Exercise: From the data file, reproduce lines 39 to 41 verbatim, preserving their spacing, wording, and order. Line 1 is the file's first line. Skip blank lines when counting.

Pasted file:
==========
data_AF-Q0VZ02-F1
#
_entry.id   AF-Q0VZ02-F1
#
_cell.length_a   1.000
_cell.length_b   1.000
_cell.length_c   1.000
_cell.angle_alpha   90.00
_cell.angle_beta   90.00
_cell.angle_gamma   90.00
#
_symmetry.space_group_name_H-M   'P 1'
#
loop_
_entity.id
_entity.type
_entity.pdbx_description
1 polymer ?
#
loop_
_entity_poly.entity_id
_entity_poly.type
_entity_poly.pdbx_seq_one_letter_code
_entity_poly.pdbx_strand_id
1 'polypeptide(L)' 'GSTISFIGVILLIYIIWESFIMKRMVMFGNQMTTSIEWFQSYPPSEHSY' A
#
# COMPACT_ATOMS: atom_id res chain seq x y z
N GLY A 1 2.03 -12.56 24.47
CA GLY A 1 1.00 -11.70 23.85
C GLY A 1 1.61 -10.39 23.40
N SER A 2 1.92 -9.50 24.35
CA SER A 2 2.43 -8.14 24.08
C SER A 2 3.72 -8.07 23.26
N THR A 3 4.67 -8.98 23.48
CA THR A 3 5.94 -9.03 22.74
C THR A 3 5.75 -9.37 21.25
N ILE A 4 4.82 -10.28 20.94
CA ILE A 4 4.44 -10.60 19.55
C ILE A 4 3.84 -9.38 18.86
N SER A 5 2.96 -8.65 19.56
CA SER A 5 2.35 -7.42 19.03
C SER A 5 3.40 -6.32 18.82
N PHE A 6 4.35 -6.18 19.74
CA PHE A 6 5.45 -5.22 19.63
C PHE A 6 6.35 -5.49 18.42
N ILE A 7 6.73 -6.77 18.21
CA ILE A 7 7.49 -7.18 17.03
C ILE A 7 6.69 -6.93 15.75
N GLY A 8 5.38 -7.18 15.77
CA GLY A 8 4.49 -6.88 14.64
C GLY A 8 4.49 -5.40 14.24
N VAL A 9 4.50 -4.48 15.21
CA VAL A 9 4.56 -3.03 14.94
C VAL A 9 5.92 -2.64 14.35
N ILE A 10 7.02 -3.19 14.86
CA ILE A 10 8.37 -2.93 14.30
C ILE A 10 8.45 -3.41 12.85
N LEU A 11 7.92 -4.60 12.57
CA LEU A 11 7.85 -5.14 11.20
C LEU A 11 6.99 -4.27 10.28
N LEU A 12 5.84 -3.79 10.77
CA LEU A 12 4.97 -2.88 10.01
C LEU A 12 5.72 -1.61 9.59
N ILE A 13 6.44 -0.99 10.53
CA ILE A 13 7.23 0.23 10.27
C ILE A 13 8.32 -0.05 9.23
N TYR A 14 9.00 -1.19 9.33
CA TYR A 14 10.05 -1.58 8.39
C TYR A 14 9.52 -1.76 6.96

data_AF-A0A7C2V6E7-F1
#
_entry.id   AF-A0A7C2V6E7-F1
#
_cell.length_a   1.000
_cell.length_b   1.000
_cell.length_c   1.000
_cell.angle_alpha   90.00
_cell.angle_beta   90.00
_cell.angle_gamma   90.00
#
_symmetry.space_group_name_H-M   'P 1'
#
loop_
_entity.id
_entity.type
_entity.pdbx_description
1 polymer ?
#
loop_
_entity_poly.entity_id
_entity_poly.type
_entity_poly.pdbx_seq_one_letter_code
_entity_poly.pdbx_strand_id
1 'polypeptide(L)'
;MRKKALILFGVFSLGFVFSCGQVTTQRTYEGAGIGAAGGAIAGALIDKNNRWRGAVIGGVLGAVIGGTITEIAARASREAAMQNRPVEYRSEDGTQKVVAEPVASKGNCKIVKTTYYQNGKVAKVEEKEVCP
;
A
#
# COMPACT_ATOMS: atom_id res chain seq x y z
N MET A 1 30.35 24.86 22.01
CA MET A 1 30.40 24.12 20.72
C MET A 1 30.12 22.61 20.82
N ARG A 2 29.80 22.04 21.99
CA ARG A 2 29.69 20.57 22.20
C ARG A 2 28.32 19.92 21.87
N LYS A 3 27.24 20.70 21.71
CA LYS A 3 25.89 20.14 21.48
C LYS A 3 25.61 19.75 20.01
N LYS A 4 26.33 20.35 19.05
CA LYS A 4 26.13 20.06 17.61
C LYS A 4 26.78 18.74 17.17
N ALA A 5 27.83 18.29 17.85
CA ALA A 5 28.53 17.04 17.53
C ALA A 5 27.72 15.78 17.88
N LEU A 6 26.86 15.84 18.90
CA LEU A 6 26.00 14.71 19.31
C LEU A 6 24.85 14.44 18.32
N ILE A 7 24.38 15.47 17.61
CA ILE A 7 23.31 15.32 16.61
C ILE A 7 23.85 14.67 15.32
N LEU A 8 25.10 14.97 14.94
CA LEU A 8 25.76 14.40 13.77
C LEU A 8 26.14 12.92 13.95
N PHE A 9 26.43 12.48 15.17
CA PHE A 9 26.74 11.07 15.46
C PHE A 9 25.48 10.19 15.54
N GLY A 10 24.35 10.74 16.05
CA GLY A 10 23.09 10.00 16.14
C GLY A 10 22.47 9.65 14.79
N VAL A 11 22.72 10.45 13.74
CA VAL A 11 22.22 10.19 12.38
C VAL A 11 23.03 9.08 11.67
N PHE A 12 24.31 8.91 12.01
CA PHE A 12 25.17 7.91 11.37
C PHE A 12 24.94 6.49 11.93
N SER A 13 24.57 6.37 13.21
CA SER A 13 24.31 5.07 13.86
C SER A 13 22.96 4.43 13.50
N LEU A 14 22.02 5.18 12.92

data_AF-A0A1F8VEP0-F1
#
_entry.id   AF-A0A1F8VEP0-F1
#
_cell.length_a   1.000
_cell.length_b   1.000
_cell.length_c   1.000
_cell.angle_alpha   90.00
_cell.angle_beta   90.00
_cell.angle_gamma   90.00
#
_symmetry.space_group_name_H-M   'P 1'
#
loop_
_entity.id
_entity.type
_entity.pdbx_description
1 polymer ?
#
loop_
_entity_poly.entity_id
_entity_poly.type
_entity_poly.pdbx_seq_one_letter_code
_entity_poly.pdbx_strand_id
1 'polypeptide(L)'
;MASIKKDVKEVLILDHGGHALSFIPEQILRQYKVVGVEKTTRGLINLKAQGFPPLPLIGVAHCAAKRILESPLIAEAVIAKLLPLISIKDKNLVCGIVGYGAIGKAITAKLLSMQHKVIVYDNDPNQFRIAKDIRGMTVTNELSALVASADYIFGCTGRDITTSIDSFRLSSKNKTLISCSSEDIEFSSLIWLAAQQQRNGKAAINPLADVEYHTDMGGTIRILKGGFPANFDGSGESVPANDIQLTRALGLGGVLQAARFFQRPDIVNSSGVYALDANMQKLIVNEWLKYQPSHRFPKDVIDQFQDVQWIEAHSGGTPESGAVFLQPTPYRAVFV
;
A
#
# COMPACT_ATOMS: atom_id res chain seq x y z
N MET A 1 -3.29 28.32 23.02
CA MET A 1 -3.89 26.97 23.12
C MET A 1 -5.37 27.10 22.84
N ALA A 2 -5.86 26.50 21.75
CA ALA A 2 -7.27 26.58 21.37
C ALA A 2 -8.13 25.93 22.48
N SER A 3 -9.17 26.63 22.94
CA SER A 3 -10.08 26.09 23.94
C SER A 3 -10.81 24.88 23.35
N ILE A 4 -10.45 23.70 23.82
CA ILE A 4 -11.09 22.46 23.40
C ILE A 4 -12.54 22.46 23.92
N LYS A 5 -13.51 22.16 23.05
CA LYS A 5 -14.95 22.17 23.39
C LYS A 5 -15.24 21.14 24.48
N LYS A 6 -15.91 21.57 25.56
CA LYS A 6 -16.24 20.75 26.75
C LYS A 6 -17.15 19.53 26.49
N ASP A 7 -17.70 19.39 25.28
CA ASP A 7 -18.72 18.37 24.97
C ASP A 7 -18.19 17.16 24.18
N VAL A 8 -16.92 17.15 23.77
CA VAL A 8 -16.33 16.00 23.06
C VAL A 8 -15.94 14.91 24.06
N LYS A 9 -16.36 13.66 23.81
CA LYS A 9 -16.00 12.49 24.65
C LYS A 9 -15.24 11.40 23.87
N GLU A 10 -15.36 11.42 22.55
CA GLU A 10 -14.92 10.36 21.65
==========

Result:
C ILE A 4 3.84 -9.38 18.86
N SER A 5 2.96 -8.65 19.56
CA SER A 5 2.35 -7.42 19.03